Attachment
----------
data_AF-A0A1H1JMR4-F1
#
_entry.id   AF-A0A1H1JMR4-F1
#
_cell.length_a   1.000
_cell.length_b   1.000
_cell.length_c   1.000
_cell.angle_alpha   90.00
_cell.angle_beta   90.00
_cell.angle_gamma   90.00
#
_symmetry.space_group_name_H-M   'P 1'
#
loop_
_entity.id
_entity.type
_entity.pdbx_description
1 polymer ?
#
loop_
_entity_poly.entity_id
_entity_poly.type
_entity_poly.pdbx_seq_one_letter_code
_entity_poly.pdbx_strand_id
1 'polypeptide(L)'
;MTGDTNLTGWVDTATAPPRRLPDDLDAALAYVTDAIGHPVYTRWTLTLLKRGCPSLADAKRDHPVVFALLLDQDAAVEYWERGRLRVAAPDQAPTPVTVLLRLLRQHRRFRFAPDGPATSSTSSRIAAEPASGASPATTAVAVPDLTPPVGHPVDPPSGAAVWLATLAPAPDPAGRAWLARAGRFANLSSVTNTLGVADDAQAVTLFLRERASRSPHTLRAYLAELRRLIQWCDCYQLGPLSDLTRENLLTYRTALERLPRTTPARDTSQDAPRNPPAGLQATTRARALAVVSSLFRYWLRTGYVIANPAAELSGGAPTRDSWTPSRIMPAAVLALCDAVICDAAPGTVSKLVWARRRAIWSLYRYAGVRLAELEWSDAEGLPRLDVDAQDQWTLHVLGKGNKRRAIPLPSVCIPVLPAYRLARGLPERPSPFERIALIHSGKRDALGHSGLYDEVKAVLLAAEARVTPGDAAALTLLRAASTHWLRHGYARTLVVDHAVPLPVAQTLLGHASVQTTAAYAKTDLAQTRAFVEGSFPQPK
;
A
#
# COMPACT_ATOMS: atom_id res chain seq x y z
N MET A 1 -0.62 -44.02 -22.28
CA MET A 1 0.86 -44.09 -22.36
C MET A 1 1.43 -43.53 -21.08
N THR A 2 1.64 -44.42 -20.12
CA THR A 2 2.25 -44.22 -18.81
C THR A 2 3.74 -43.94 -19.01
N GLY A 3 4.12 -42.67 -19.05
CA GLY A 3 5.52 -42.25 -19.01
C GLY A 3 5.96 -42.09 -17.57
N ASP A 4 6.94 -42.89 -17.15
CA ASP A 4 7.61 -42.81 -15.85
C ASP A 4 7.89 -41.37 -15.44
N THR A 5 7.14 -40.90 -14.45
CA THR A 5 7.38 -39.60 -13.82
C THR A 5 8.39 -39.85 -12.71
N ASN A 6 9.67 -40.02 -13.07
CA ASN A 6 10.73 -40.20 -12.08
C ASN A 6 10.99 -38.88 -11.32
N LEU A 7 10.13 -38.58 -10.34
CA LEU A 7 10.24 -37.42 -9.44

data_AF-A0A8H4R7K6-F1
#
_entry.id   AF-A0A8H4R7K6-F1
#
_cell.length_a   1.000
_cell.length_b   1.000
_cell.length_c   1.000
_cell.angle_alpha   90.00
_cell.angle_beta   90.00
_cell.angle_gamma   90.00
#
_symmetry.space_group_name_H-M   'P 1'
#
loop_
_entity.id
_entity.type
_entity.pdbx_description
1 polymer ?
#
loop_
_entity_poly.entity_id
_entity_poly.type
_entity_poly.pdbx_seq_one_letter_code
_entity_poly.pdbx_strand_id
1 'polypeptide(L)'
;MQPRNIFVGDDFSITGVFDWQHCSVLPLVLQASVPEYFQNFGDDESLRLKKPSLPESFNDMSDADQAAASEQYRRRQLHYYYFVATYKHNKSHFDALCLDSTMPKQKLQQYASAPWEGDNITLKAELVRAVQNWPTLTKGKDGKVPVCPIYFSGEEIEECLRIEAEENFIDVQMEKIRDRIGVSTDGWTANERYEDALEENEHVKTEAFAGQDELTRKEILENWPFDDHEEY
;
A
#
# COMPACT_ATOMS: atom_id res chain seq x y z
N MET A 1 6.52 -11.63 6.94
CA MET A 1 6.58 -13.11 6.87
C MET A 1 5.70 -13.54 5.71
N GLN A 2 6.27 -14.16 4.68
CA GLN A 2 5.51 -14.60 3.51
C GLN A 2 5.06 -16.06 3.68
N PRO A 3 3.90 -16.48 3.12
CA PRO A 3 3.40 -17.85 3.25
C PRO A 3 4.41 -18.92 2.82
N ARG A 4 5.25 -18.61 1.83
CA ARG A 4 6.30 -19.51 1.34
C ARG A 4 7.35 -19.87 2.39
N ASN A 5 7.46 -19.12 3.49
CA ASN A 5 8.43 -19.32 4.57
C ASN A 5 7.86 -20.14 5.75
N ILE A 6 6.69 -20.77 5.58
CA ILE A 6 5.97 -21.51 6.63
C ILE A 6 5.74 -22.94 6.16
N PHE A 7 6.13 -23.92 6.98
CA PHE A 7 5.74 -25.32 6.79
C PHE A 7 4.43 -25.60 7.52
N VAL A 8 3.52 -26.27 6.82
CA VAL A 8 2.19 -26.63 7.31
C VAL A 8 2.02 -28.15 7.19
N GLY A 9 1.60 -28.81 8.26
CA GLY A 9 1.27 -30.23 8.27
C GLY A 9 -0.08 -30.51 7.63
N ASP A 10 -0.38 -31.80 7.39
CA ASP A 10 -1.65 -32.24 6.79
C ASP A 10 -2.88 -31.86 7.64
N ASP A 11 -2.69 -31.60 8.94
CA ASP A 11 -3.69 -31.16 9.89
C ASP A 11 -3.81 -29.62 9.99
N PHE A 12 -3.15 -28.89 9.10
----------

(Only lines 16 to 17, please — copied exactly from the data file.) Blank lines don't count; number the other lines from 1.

_entity.type
_entity.pdbx_description